Bizarre as such a theory appears, I am bound to say there are many circumstances which show that the notion of the heavens raining diamonds is not impossible. The most striking confirmation of the meteoric theory comes from Arizona.
Here, on a broad open plain, over an area about five miles in diameter, have been scattered one or two thousand masses of metallic iron, the fragments varying in weight from half a ton to a fraction of an ounce. There is no doubt these masses formed part of a meteoric shower, although no record exists as to when the fall took place.
Curiously enough, near the centre, where most of the meteorites have been found, is a crater with raised edges three-quarters of a mile in diameter and about 600 feet deep, bearing exactly the appearance which would be produced had a mighty mass of iron struck the ground and buried itself deep under the surface.
Altogether, ten tons of this iron have been collected, and specimens of the Canyon Diablo meteorite are in most collectors’ cabinets. An ardent mineralogist—the late Dr. Foote—cutting a section of this meteorite, found the tools were injured by something vastly harder than metallic iron.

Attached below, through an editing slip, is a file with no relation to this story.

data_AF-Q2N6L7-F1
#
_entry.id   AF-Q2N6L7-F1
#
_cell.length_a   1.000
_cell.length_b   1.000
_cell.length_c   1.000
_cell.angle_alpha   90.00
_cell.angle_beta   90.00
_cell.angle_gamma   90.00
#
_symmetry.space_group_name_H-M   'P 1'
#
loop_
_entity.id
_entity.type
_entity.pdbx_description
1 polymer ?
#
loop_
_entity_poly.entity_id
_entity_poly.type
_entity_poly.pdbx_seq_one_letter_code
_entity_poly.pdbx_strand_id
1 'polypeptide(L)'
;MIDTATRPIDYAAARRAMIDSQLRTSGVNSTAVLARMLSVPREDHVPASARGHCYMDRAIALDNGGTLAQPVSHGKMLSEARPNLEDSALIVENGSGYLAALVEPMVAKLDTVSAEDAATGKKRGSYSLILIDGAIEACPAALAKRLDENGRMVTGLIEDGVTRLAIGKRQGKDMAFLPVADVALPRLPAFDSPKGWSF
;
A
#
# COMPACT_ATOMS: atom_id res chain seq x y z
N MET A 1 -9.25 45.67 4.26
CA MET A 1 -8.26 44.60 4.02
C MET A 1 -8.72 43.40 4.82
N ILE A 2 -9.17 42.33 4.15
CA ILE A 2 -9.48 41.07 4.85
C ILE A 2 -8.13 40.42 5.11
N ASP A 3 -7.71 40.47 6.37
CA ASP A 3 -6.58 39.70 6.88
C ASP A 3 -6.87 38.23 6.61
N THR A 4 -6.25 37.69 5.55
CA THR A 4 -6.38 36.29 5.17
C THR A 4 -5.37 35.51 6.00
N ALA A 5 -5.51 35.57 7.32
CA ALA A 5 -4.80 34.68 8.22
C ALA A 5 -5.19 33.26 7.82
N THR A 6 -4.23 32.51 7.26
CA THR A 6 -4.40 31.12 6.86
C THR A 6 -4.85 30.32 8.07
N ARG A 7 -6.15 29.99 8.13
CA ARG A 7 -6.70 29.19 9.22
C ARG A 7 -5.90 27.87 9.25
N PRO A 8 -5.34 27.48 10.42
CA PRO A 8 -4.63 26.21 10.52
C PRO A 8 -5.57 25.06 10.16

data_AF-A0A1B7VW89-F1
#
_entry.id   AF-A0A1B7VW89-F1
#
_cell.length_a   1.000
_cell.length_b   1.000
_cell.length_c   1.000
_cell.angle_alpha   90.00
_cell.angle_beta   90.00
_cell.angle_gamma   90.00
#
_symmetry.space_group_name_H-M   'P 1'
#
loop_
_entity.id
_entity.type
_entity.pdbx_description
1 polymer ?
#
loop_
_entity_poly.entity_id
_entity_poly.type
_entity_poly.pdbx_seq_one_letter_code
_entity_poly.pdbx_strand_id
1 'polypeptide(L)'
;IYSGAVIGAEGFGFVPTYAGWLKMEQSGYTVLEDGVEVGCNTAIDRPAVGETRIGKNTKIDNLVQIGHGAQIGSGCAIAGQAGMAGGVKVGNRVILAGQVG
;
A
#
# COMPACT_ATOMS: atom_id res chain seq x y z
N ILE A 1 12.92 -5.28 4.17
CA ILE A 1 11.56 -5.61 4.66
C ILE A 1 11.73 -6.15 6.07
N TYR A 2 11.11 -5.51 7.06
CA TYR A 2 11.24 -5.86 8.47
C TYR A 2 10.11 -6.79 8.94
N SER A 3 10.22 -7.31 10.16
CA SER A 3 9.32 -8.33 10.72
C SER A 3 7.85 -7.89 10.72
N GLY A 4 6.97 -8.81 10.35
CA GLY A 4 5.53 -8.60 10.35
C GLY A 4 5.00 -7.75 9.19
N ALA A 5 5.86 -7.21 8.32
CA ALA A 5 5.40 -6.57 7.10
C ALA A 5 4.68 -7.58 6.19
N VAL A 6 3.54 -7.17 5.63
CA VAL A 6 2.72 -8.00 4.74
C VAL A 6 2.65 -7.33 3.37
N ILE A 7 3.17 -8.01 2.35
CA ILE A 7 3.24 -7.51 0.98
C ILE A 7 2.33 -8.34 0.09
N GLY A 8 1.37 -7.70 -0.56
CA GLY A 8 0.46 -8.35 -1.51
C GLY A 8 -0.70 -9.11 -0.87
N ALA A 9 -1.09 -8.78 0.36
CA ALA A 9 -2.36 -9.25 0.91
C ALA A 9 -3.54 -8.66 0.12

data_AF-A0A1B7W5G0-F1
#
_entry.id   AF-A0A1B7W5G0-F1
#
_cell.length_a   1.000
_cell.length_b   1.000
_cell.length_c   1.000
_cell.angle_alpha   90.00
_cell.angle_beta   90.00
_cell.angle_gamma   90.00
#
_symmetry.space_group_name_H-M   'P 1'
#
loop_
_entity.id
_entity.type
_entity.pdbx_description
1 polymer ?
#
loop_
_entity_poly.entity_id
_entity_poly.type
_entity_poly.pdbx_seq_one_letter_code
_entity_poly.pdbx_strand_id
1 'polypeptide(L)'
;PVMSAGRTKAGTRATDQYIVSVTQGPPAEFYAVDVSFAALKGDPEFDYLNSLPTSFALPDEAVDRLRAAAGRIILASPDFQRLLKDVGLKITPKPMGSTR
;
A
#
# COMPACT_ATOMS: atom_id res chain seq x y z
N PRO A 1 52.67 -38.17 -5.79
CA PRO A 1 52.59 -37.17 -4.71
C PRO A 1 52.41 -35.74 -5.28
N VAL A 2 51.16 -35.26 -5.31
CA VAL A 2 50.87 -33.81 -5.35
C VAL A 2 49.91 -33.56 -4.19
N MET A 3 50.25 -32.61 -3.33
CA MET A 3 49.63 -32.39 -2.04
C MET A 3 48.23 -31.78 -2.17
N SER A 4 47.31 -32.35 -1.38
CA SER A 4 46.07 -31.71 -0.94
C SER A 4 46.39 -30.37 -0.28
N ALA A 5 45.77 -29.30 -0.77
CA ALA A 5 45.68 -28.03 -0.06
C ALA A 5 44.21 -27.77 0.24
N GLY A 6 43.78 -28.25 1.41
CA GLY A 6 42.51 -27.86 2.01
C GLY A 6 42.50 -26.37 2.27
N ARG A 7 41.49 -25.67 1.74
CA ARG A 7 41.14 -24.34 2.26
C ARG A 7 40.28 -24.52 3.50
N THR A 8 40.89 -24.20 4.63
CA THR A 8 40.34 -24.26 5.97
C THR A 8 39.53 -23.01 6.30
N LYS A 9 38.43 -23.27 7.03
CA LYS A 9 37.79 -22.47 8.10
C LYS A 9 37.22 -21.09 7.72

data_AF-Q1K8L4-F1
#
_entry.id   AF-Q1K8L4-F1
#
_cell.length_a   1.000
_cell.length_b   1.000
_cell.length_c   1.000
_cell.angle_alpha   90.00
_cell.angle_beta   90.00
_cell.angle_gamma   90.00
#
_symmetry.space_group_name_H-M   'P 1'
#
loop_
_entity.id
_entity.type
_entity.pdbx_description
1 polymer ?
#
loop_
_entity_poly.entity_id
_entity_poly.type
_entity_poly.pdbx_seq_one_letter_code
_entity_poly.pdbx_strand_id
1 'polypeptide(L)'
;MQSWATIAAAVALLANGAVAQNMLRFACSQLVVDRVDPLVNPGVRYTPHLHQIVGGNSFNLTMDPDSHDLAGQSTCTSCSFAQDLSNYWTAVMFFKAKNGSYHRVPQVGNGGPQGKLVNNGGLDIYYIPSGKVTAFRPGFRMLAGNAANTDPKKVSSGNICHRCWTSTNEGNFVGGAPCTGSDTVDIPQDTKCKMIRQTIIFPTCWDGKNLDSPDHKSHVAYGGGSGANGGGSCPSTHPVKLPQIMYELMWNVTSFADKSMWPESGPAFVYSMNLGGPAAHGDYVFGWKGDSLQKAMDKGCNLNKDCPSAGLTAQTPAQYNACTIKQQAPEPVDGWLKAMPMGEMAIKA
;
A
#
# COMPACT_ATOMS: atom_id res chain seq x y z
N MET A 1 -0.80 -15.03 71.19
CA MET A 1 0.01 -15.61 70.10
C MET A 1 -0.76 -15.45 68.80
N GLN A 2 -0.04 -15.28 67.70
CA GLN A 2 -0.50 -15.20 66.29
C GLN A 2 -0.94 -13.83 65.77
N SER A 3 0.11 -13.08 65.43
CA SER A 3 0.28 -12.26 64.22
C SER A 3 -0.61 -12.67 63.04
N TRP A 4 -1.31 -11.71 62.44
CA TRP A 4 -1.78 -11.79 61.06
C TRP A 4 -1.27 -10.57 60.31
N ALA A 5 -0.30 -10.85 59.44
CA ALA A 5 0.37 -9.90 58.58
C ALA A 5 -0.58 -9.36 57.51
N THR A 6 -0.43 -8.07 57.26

He examined the specimen chemically, and soon after announced to the scientific world that the Canyon Diablo meteorite contained black and transparent diamonds. This startling discovery was afterwards verified by Professors Moissan and Friedel, and Moissan, working on 183 kilogrammes of the Canyon Diablo meteorite, has recently found smooth black diamonds and transparent diamonds in the form of octahedra with rounded edges, together with green, hexagonal crystals of carbon silicide.
The presence of carbon silicide in the meteorite shows that it must at some time have experienced the temperature of the electric furnace. Since this revelation the search for diamonds in meteorites has occupied the attention of chemists all over the world.